The production marks The Boys in the Band’s Broadway premiere. Originally scheduled to run for five performances at a small Off-Broadway venue, the play became an overnight sensation, and—after transferring to a bigger theatre—ran for over 1,000 performances. The show went on to have an acclaimed run in London and was adapted into a film by William Friedkin in 1970. But it never played on Broadway.
The TBITB is scheduled to play the Booth Theatre April 30–August 12, 2018.
The production is being produced by Ryan Murphy and veteran Broadway producer David Stone.
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The witty new comedy, The New Normal, has been the center of attention lately, determined to tell an authentic story of two men who love each other on their often comedic journey to start a family. The NBC sitcom is such a hit, as of today a full season has been ordered for the series. One of the show’s stars, Andrew Rannells, in a recent interview discusses gay stereotypes, the comparisons to Modern Family, and how/if sexuality is involved in acting roles.
When asked about if he felt is character, Bryan, was a well developed character that defies gay stereotypes in comparison to past gay characters, Rannells feels that there’s more to a gay person than being “fabulous”:
America is warming up to the idea of gay characters — and not just as a sassy gay person, but being a person. A real character. And that’s just what’s so fun about this show. Certainly we are a gay couple, but we get to do a lot more than just that.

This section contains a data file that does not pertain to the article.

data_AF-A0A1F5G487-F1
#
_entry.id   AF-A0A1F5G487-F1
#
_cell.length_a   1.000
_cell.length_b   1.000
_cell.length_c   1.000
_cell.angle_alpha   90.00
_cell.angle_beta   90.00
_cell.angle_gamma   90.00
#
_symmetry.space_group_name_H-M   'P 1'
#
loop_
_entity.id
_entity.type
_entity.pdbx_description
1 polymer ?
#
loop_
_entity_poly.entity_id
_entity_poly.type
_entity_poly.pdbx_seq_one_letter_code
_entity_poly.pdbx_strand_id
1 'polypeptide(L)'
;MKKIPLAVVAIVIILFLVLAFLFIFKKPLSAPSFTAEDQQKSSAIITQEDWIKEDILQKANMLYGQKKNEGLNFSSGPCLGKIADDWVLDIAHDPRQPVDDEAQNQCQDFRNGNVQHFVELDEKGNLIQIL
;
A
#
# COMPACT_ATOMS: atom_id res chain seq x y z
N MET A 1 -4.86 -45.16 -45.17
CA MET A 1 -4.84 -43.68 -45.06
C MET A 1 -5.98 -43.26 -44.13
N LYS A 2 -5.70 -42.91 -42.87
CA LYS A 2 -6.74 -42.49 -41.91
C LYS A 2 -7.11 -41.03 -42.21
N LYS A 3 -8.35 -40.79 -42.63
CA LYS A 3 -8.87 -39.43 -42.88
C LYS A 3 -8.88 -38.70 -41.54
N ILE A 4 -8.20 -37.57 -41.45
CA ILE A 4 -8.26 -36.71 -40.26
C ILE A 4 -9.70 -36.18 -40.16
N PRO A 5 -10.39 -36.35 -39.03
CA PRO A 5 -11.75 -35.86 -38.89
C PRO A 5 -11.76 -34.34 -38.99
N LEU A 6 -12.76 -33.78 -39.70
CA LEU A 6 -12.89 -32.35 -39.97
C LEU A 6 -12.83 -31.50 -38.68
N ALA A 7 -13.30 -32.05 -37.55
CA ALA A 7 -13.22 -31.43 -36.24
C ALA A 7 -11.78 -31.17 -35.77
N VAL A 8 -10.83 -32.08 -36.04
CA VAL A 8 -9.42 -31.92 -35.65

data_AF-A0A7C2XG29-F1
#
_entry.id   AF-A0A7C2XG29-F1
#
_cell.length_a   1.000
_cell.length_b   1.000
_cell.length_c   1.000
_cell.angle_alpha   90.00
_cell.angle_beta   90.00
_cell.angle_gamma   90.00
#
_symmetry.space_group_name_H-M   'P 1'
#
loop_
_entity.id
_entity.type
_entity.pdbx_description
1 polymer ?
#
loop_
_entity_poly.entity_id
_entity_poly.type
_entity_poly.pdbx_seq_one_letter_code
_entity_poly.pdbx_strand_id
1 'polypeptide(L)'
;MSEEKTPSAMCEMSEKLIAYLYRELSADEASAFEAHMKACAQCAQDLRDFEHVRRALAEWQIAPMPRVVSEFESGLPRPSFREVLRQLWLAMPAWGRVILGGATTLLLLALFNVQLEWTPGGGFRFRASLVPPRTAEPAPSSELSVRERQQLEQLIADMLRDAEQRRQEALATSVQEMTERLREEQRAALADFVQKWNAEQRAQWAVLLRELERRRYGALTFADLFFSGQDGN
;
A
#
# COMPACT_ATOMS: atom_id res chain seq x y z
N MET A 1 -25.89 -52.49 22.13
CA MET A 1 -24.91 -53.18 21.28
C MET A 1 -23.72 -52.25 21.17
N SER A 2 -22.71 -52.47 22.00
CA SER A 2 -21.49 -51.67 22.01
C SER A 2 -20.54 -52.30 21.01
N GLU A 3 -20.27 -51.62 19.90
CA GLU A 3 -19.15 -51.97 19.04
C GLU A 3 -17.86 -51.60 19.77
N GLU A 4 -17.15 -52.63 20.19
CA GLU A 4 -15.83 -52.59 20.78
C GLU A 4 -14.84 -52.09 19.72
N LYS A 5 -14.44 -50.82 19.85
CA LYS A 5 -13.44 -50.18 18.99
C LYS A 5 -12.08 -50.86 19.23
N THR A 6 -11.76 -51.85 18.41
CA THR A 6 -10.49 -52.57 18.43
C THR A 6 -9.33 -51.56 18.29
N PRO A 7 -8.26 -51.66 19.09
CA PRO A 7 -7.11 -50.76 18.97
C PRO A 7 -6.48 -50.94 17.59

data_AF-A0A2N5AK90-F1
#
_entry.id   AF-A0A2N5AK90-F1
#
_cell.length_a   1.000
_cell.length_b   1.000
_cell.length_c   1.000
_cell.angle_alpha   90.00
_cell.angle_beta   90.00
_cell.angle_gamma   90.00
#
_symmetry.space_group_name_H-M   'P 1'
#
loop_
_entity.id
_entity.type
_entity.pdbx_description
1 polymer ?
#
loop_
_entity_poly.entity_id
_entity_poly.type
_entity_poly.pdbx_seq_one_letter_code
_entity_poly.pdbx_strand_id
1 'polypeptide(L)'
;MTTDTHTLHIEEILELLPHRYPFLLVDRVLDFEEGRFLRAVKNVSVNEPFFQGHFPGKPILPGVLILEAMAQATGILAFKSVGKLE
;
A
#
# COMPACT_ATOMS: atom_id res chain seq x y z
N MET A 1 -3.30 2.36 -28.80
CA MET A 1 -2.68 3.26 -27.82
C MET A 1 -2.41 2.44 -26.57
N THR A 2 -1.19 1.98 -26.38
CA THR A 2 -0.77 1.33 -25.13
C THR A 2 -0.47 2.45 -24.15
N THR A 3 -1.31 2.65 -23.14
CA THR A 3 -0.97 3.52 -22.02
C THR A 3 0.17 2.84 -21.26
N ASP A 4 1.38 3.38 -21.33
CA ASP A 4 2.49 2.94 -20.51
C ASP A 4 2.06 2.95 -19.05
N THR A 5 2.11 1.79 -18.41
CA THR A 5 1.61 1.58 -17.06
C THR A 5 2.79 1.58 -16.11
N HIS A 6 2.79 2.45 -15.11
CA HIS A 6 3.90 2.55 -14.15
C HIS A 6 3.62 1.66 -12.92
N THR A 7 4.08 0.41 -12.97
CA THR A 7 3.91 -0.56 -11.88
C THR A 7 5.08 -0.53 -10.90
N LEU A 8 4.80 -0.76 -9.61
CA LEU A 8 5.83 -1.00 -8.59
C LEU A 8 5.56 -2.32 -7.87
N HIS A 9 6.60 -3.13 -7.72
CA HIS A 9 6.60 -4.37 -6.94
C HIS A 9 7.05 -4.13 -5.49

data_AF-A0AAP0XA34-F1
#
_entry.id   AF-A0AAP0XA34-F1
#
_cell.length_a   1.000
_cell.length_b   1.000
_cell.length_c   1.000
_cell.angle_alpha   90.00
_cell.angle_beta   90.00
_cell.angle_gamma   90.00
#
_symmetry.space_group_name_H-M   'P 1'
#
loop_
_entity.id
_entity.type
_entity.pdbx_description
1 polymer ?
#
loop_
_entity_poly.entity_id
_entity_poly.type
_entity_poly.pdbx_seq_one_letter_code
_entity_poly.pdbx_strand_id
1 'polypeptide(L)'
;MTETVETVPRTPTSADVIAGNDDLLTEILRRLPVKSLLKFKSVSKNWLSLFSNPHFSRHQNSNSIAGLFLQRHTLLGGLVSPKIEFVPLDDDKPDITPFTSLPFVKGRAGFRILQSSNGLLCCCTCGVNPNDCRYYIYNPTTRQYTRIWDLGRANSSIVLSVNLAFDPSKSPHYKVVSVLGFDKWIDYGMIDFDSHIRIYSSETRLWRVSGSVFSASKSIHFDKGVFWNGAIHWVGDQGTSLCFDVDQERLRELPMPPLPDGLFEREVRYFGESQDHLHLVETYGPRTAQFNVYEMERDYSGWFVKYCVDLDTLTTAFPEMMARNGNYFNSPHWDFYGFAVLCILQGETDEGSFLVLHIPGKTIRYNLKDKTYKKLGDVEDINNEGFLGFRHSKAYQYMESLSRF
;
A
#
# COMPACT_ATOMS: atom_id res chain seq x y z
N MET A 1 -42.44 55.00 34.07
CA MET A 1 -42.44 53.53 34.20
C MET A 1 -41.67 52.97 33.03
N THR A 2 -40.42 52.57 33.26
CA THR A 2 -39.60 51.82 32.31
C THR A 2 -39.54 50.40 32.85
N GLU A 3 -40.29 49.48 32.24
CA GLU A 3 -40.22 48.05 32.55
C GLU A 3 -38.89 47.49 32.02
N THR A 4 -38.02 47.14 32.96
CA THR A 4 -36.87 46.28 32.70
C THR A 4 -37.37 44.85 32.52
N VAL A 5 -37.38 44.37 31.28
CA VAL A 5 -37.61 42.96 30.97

I obviously get to be quote-unquote “fabulous” in terms of my outfits, but Bryan has a lot of heart and a lot of strength. It’s nice to get to play that; it’s nice to get to play someone with sass but also a lot of smarts and sincerity. To have the opportunity to show all of that is really fantastic. To completely strip all the sass away would be equally untrue; there’s a certain amount of sass and glamour that goes along with being gay. There’s a certain amount of fabulousness that is needed or wanted. But running around being fabulous day-to-day isn’t every moment of your life.
Rannells also observes that they are telling a different than the multifaceted ABC hit sitcom Modern Family:
We’re telling a different story. This show has a different tone, and I’m happy to say that we’re showing a very romantic side to this couple, which is great. It’s really thrilling to get to do. Justin and I have filmed some really great scenes together that are real, honest, flirtatious and sexy — Yes, we’re going to be more affectionate, but it takes nothing away from what they’re doing.